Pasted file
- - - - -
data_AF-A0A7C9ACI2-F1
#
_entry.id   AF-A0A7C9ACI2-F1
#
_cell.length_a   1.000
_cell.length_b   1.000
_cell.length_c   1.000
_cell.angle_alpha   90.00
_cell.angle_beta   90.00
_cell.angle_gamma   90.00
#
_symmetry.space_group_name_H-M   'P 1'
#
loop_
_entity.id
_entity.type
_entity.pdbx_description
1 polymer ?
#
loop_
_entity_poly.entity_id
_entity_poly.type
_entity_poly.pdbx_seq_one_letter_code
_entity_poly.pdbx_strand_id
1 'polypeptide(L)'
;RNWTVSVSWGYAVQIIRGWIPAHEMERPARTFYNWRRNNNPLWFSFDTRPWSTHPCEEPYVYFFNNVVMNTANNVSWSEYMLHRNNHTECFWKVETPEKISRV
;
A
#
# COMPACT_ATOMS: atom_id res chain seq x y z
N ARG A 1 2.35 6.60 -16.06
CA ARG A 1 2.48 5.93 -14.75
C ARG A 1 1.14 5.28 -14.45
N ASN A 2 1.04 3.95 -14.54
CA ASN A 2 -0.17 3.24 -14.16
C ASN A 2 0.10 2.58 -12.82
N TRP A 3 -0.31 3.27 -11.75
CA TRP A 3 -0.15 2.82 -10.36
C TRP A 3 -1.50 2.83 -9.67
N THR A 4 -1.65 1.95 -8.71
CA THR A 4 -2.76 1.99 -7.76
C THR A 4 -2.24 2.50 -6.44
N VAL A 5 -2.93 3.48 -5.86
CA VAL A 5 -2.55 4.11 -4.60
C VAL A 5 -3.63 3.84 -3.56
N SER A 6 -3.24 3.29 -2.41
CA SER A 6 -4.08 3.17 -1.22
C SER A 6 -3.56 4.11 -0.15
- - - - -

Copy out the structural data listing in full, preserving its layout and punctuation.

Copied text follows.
data_AF-A0A7C9ACI2-F1
#
_entry.id   AF-A0A7C9ACI2-F1
#
_cell.length_a   1.000
_cell.length_b   1.000
_cell.length_c   1.000
_cell.angle_alpha   90.00
_cell.angle_beta   90.00
_cell.angle_gamma   90.00
#
_symmetry.space_group_name_H-M   'P 1'
#
loop_
_entity.id
_entity.type
_entity.pdbx_description
1 polymer ?
#
loop_
_entity_poly.entity_id
_entity_poly.type
_entity_poly.pdbx_seq_one_letter_code
_entity_poly.pdbx_strand_id
1 'polypeptide(L)'
;RNWTVSVSWGYAVQIIRGWIPAHEMERPARTFYNWRRNNNPLWFSFDTRPWSTHPCEEPYVYFFNNVVMNTANNVSWSEYMLHRNNHTECFWKVETPEKISRV
;
A
#
# COMPACT_ATOMS: atom_id res chain seq x y z
N ARG A 1 2.35 6.60 -16.06
CA ARG A 1 2.48 5.93 -14.75
C ARG A 1 1.14 5.28 -14.45
N ASN A 2 1.04 3.95 -14.54
CA ASN A 2 -0.17 3.24 -14.16
C ASN A 2 0.10 2.58 -12.82
N TRP A 3 -0.31 3.27 -11.75
CA TRP A 3 -0.15 2.82 -10.36
C TRP A 3 -1.50 2.83 -9.67
N THR A 4 -1.65 1.95 -8.71
CA THR A 4 -2.76 1.99 -7.76
C THR A 4 -2.24 2.50 -6.44
N VAL A 5 -2.93 3.48 -5.86
CA VAL A 5 -2.55 4.11 -4.60
C VAL A 5 -3.63 3.84 -3.56
N SER A 6 -3.24 3.29 -2.41
CA SER A 6 -4.08 3.17 -1.22
C SER A 6 -3.56 4.11 -0.15